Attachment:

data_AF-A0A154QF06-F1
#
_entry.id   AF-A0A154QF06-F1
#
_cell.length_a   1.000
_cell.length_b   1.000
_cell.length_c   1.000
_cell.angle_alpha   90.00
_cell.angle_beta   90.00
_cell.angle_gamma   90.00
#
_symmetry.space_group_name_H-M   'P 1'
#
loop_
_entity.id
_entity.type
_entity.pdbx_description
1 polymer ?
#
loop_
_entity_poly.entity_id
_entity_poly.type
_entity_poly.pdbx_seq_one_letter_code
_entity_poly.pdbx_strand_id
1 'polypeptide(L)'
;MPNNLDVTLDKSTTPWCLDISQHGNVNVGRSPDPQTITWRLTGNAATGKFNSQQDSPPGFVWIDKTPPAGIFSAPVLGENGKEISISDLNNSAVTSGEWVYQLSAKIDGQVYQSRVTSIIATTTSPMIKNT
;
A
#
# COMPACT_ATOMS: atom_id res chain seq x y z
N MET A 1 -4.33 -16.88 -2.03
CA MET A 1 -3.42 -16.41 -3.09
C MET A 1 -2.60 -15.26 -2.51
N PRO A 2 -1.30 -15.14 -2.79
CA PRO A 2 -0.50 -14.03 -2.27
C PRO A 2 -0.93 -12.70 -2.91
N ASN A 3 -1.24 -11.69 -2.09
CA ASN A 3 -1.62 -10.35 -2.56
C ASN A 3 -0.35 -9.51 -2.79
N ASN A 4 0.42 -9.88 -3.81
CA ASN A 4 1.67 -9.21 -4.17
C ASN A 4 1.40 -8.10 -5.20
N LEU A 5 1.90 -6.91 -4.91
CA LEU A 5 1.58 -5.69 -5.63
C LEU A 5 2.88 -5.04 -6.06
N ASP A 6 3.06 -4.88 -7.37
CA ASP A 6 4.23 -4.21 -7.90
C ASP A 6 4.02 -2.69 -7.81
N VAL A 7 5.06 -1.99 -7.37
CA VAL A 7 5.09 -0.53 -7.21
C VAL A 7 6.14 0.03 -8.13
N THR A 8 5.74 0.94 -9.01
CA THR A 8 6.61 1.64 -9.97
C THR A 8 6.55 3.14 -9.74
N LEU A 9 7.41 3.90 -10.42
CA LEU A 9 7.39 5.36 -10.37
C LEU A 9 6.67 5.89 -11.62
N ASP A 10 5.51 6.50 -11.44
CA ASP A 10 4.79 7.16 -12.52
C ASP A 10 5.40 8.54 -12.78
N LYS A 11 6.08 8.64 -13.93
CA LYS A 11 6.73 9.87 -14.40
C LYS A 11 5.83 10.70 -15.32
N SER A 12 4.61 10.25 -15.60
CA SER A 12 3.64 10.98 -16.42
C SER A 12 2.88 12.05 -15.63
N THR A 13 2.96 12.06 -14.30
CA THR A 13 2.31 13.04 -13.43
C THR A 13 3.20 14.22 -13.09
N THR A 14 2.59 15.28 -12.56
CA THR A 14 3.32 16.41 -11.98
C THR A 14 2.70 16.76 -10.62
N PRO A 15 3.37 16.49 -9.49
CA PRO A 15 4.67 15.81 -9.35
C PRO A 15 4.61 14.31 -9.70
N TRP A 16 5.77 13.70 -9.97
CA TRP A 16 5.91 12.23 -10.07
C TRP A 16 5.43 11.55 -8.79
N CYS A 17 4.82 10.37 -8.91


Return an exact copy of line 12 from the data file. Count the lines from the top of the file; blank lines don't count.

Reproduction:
_symmetry.space_group_name_H-M   'P 1'